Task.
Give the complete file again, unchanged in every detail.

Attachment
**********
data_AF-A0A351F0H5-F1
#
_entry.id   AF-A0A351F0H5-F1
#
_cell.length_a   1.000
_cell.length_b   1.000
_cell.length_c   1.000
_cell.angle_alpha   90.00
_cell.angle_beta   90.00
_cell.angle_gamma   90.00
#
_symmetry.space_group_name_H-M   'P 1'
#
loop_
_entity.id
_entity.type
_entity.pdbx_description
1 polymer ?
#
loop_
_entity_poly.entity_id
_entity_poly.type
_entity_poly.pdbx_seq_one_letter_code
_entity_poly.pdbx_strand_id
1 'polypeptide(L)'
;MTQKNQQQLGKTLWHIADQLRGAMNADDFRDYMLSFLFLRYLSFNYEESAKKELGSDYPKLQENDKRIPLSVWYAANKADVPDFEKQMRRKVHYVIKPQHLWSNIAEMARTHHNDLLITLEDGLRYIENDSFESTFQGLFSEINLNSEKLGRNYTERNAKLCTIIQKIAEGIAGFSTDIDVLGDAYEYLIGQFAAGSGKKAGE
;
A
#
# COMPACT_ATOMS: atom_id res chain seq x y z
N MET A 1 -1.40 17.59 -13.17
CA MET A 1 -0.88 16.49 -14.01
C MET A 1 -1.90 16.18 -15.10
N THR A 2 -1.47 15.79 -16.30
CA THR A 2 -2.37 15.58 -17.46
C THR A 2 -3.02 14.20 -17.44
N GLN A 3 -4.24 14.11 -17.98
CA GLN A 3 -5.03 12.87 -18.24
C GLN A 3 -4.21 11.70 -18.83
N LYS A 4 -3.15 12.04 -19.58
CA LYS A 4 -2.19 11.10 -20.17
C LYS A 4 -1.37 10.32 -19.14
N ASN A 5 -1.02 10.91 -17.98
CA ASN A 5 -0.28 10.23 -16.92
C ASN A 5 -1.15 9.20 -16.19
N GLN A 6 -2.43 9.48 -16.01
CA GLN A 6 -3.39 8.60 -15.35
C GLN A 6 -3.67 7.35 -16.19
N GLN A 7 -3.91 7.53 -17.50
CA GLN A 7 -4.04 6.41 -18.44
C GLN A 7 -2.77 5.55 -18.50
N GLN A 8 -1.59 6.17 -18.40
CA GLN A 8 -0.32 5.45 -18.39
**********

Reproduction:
data_AF-A0A351F0H5-F1
#
_entry.id   AF-A0A351F0H5-F1
#
_cell.length_a   1.000
_cell.length_b   1.000
_cell.length_c   1.000
_cell.angle_alpha   90.00
_cell.angle_beta   90.00
_cell.angle_gamma   90.00
#
_symmetry.space_group_name_H-M   'P 1'
#
loop_
_entity.id
_entity.type
_entity.pdbx_description
1 polymer ?
#
loop_
_entity_poly.entity_id
_entity_poly.type
_entity_poly.pdbx_seq_one_letter_code
_entity_poly.pdbx_strand_id
1 'polypeptide(L)'
;MTQKNQQQLGKTLWHIADQLRGAMNADDFRDYMLSFLFLRYLSFNYEESAKKELGSDYPKLQENDKRIPLSVWYAANKADVPDFEKQMRRKVHYVIKPQHLWSNIAEMARTHHNDLLITLEDGLRYIENDSFESTFQGLFSEINLNSEKLGRNYTERNAKLCTIIQKIAEGIAGFSTDIDVLGDAYEYLIGQFAAGSGKKAGE
;
A
#
# COMPACT_ATOMS: atom_id res chain seq x y z
N MET A 1 -1.40 17.59 -13.17
CA MET A 1 -0.88 16.49 -14.01
C MET A 1 -1.90 16.18 -15.10
N THR A 2 -1.47 15.79 -16.30
CA THR A 2 -2.37 15.58 -17.46
C THR A 2 -3.02 14.20 -17.44
N GLN A 3 -4.24 14.11 -17.98
CA GLN A 3 -5.03 12.87 -18.24
C GLN A 3 -4.21 11.70 -18.83
N LYS A 4 -3.15 12.04 -19.58
CA LYS A 4 -2.19 11.10 -20.17
C LYS A 4 -1.37 10.32 -19.14
N ASN A 5 -1.02 10.91 -17.98
CA ASN A 5 -0.28 10.23 -16.92
C ASN A 5 -1.15 9.20 -16.19
N GLN A 6 -2.43 9.48 -16.01
CA GLN A 6 -3.39 8.60 -15.35
C GLN A 6 -3.67 7.35 -16.19
N GLN A 7 -3.91 7.53 -17.50
CA GLN A 7 -4.04 6.41 -18.44
C GLN A 7 -2.77 5.55 -18.50
N GLN A 8 -1.59 6.17 -18.40
CA GLN A 8 -0.32 5.45 -18.39